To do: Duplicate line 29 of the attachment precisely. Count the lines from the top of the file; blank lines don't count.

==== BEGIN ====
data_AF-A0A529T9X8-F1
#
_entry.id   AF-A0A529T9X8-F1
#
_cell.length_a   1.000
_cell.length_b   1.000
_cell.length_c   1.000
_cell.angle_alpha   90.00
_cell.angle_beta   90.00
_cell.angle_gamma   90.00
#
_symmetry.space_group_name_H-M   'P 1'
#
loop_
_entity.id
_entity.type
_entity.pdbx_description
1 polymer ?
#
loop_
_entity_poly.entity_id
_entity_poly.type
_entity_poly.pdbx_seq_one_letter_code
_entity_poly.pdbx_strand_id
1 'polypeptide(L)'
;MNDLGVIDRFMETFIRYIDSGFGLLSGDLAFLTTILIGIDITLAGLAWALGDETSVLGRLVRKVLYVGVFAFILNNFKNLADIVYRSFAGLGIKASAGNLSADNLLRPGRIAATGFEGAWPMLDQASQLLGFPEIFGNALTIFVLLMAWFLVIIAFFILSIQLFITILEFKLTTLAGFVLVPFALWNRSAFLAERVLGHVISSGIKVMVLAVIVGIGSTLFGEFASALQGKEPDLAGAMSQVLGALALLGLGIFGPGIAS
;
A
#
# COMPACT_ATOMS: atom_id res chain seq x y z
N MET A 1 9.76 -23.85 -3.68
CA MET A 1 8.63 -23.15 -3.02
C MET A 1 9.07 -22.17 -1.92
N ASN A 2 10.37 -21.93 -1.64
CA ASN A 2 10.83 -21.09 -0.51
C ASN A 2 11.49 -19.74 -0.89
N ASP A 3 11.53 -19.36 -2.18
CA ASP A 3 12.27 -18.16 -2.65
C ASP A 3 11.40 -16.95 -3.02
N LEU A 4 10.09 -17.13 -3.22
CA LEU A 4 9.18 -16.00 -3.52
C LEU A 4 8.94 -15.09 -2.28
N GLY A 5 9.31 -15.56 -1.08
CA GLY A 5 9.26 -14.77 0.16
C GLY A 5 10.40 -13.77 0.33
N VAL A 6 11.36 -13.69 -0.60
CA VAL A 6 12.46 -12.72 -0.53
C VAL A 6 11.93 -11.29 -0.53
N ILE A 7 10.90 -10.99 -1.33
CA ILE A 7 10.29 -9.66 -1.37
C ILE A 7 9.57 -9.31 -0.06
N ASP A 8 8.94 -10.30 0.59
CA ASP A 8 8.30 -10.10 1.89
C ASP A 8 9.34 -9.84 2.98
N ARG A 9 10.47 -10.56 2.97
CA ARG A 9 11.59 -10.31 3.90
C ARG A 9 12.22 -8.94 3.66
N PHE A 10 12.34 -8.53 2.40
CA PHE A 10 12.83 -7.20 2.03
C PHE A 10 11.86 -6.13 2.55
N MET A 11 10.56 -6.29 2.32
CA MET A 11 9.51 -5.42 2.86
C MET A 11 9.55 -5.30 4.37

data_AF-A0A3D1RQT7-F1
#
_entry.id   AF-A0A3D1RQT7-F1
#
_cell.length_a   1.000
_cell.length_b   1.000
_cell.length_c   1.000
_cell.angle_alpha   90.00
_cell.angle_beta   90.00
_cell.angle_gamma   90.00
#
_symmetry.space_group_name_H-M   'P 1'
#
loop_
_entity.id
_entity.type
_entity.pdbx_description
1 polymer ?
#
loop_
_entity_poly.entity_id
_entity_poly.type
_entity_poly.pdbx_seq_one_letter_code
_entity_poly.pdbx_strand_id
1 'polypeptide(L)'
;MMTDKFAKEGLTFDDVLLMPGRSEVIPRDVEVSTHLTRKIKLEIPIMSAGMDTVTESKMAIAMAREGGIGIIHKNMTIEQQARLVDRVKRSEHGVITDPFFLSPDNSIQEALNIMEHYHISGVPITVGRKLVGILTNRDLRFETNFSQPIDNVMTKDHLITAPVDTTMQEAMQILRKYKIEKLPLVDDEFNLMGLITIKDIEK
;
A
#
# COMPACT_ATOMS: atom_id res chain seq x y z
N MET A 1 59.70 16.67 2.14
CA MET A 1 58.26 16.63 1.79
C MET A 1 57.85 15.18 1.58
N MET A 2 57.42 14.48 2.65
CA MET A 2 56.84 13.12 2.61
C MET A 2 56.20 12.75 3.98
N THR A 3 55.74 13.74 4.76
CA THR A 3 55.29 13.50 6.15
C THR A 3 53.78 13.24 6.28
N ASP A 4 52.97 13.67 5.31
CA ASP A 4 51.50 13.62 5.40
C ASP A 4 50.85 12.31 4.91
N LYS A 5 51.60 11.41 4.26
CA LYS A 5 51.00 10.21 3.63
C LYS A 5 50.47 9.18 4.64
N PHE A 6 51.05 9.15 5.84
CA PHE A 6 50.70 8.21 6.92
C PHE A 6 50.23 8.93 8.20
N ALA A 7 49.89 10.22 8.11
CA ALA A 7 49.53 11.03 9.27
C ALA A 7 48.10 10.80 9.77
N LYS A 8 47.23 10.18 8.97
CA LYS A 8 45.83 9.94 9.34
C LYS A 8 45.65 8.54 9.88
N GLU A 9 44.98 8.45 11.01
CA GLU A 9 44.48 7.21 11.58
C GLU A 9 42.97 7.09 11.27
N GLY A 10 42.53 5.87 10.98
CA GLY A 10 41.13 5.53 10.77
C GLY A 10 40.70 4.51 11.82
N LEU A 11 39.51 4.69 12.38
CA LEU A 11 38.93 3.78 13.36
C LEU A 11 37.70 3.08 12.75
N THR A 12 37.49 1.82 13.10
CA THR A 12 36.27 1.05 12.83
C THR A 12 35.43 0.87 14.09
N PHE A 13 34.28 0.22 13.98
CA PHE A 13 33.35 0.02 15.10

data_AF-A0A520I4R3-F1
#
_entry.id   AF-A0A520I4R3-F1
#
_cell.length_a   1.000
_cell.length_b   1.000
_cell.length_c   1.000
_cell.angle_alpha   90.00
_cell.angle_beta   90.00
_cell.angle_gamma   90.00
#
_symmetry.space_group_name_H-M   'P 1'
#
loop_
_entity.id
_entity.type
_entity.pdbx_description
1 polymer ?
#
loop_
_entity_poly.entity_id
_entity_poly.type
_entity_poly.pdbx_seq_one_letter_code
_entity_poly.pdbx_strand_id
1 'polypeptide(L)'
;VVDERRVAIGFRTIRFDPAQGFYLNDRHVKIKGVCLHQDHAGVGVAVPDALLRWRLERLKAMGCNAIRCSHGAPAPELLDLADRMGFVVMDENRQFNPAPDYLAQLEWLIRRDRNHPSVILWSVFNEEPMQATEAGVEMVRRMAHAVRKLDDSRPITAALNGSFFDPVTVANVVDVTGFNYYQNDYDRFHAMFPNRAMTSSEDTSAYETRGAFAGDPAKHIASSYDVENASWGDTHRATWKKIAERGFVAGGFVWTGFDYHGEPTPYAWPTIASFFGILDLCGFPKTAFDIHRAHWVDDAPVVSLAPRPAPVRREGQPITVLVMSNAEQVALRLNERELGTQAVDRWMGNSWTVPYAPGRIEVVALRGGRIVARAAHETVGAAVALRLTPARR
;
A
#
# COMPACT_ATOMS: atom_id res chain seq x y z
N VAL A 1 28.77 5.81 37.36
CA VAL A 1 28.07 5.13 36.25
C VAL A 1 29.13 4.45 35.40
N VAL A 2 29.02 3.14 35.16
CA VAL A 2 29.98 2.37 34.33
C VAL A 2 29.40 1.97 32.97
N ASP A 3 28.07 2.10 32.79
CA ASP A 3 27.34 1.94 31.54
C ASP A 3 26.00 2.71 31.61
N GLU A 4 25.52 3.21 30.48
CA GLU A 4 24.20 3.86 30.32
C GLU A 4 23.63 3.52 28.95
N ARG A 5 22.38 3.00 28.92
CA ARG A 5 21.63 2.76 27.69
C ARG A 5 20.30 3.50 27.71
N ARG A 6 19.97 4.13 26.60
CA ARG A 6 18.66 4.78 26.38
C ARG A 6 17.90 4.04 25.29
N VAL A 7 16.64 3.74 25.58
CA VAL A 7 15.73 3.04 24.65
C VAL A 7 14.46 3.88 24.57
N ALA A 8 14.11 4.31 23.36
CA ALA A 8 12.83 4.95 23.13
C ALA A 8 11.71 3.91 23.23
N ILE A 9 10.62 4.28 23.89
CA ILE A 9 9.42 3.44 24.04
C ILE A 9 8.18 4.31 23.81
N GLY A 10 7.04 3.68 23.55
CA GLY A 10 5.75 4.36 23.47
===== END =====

#